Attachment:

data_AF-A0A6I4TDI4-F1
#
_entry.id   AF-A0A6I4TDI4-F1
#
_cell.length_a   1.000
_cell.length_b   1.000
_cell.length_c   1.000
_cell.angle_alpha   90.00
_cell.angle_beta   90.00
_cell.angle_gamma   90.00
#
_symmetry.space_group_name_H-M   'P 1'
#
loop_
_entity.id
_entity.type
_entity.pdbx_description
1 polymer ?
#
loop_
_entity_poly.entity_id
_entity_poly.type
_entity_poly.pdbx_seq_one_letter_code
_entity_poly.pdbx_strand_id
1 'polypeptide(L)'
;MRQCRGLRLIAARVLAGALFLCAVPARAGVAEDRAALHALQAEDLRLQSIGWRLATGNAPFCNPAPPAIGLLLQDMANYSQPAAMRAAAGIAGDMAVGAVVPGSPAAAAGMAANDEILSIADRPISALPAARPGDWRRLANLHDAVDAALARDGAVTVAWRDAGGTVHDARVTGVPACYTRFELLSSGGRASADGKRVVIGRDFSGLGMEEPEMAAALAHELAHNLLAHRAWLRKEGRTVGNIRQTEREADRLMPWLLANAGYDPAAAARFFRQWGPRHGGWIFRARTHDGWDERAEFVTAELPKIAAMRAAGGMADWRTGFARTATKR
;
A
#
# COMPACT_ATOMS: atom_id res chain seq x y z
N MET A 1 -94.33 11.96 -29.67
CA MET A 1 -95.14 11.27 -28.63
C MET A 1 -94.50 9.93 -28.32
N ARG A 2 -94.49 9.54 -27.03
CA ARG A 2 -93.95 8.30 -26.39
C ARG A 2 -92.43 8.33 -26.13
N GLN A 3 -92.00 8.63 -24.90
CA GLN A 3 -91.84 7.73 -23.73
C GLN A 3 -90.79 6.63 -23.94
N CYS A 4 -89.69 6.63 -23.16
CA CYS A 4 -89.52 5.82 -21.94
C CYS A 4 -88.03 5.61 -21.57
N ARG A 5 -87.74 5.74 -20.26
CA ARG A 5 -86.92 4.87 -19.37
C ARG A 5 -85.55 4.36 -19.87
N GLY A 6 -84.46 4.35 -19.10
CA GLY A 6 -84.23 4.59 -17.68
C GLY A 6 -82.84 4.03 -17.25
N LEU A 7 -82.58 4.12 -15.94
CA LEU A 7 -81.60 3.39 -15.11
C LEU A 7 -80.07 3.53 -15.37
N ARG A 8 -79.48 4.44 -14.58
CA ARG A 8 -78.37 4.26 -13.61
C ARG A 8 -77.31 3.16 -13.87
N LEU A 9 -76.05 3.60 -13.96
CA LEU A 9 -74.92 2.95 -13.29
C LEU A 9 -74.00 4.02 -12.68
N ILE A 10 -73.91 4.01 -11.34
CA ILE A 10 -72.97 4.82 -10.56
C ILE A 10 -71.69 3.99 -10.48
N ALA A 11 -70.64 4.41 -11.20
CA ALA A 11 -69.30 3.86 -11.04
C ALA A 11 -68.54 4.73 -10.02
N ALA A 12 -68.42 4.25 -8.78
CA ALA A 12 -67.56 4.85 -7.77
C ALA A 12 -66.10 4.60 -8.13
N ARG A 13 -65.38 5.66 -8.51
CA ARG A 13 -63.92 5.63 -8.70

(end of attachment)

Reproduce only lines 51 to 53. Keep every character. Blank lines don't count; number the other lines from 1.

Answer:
C LEU A 7 -80.07 3.53 -15.37
N ARG A 8 -79.48 4.44 -14.58
CA ARG A 8 -78.37 4.26 -13.61